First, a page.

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In Vitro Susceptibility of Mastitis Pathogens Isolated from Clinical Mastitis Cases on Northern German Dairy Farms

1
Department of Microbiology, University of Applied Sciences and Arts, D-30453 Hannover, Germany
2
Department of Veterinary and Animal Sciences, Faculty of Health and Medical Sciences, University of Copenhagen, DK-1870 Frederiksberg C, Denmark
*
Author to whom correspondence should be addressed.
Vet. Sci. 2020, 7(1), 10; https://doi.org/10.3390/vetsci7010010
Received: 25 December 2019 / Revised: 13 January 2020 / Accepted: 15 January 2020 / Published: 20 January 2020
(This article belongs to the Section Clinical Veterinary Medicine)
The present research study investigated the susceptibility of common mastitis pathogens—obtained from clinical mastitis cases on 58 Northern German dairy farms—to routinely used antimicrobials. The broth microdilution method was used for detecting the Minimal Inhibitory Concentration (MIC) of Streptococcus agalactiae (n = 51), Streptococcus dysgalactiae (n = 54), Streptococcus uberis (n = 50), Staphylococcus aureus (n = 85), non-aureus staphylococci (n = 88), Escherichia coli (n = 54) and Klebsiella species (n = 52). Streptococci and staphylococci were tested against cefquinome, cefoperazone, cephapirin, penicillin, oxacillin, cloxacillin, amoxicillin/clavulanic acid and cefalexin/kanamycin. Besides cefquinome and amoxicillin/clavulanic acid, Gram-negative pathogens were examined for their susceptibility to marbofloxacin and sulfamethoxazole/trimethoprim. The examined S. dysgalactiae isolates exhibited the comparatively lowest MICs. S. uberis and S. agalactiae were inhibited at higher amoxicillin/clavulanic acid and cephapirin concentration levels, whereas S. uberis isolates additionally exhibited elevated cefquinome MICs. Most Gram-positive mastitis pathogens were inhibited at higher cloxacillin than oxacillin concentrations. The MICs of Gram-negative pathogens were higher than previously reported, whereby 7.4%, 5.6% and 11.1% of E. coli isolates had MICs above the highest concentrations tested for cefquinome, marbofloxacin and sulfamethoxazole/trimethoprim, respectively. Individual isolates showed MICs at comparatively higher concentrations, leading to the hypothesis that a certain amount of mastitis pathogens on German dairy farms might be resistant to frequently used antimicrobials. View Full-Text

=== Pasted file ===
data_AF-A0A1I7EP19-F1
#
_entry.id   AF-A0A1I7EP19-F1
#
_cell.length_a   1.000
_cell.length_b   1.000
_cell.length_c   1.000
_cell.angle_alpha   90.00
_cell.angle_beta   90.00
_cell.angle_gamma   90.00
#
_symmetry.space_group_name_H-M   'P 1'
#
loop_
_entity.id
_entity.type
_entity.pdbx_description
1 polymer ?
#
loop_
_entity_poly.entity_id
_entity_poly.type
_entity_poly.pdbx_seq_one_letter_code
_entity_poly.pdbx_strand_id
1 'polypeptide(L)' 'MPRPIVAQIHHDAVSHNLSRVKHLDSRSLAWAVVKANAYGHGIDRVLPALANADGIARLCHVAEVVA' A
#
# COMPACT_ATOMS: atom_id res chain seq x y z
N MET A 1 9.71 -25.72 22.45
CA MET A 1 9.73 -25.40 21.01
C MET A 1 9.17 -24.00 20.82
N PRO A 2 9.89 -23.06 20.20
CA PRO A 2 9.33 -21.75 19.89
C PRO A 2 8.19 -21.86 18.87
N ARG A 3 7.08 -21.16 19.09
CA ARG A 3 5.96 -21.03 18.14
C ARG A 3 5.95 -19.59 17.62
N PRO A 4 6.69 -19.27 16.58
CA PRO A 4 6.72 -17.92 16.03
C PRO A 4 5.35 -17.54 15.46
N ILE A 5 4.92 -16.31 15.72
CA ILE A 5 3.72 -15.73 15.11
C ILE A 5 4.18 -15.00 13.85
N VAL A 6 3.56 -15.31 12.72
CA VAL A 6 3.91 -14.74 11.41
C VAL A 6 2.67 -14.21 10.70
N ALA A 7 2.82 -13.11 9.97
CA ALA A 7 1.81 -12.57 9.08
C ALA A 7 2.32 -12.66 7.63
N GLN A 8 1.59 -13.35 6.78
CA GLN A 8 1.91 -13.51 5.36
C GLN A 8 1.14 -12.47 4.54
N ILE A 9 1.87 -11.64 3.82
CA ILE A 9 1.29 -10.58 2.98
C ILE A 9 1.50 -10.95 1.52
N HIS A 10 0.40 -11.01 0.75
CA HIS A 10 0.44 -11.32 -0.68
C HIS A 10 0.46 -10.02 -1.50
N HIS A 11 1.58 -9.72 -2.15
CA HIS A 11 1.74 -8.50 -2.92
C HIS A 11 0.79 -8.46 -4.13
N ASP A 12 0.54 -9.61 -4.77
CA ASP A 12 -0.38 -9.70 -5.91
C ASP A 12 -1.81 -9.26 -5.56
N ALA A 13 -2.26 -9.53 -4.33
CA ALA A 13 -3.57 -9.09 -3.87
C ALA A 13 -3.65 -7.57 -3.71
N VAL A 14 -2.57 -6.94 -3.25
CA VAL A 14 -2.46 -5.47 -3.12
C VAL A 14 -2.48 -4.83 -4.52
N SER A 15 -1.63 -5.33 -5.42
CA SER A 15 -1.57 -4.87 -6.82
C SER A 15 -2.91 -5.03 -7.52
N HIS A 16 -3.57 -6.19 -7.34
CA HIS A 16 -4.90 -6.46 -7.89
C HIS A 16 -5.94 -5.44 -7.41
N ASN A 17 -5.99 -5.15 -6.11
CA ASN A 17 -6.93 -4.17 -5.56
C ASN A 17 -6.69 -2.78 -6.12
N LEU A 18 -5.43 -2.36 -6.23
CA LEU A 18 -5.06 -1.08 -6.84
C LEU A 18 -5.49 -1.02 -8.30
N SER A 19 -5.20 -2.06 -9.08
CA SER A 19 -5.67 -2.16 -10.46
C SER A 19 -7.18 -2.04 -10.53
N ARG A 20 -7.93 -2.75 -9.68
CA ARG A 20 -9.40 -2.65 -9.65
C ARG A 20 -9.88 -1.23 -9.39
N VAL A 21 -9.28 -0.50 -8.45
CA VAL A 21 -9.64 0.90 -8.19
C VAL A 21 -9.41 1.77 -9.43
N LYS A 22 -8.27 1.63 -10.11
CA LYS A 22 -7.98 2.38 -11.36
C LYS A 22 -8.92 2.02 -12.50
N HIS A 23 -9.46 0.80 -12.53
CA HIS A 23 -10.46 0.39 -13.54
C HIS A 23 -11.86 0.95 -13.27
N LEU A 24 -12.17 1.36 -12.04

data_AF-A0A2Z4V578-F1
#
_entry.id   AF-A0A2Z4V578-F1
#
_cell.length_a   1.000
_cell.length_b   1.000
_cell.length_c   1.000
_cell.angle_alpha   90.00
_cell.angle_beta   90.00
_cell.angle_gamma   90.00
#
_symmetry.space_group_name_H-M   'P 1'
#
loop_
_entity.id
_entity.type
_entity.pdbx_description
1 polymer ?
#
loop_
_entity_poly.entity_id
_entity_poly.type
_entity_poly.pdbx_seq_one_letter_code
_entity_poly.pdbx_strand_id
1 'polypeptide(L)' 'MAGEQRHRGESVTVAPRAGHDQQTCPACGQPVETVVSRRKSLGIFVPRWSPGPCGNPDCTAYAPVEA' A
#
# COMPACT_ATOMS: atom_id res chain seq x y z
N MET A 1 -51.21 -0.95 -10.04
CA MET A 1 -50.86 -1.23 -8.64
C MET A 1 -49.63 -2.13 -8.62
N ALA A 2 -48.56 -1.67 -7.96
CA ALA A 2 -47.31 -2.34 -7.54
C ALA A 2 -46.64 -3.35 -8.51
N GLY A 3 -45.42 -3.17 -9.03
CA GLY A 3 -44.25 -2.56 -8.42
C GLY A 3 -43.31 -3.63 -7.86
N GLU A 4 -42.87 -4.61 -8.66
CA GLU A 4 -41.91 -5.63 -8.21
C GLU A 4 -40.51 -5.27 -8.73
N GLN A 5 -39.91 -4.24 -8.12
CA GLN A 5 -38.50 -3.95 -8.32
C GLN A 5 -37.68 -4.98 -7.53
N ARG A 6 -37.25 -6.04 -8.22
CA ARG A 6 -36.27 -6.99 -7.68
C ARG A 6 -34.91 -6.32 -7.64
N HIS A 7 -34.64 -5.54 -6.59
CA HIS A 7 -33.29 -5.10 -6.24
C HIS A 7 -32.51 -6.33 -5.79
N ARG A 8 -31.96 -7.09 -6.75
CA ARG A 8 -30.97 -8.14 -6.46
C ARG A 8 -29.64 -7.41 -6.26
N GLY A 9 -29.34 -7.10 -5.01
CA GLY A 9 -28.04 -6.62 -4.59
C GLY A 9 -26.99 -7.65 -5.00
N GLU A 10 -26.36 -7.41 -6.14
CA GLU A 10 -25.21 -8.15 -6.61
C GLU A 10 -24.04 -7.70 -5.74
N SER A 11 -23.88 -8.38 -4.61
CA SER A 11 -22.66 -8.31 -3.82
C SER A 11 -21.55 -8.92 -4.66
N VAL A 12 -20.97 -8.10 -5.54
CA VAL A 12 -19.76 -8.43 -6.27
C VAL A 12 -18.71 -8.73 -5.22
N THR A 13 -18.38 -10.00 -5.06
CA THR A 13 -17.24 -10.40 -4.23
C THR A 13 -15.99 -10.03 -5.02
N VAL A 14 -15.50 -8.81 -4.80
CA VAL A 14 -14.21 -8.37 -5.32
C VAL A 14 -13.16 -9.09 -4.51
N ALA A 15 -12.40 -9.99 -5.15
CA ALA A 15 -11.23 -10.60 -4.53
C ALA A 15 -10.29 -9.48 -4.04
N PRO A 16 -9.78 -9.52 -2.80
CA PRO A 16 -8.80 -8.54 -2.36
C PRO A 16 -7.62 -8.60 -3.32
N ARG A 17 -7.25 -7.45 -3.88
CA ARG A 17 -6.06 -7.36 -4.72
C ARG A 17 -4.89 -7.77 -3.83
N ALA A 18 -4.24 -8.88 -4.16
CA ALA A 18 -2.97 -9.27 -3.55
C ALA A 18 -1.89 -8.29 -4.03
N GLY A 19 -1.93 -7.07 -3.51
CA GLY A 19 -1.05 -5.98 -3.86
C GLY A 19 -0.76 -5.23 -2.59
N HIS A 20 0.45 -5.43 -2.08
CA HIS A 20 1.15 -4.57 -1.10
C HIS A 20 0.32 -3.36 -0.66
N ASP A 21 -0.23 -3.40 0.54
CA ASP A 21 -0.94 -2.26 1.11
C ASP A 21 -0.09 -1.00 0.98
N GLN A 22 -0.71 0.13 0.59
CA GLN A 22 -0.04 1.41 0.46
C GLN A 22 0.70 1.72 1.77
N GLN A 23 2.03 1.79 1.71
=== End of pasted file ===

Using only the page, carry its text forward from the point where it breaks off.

Keywords: bovine mastitis; antimicrobial susceptibility; minimal inhibitory concentration (MIC); staphylococci; streptococci; coliforms bovine mastitis; antimicrobial susceptibility; minimal inhibitory concentration (MIC); staphylococci; streptococci; coliforms
MDPI and ACS Style

Bolte, J.; Zhang, Y.; Wente, N.; Krömker, V. In Vitro Susceptibility of Mastitis Pathogens Isolated from Clinical Mastitis Cases on Northern German Dairy Farms. Vet. Sci. 2020, 7, 10.

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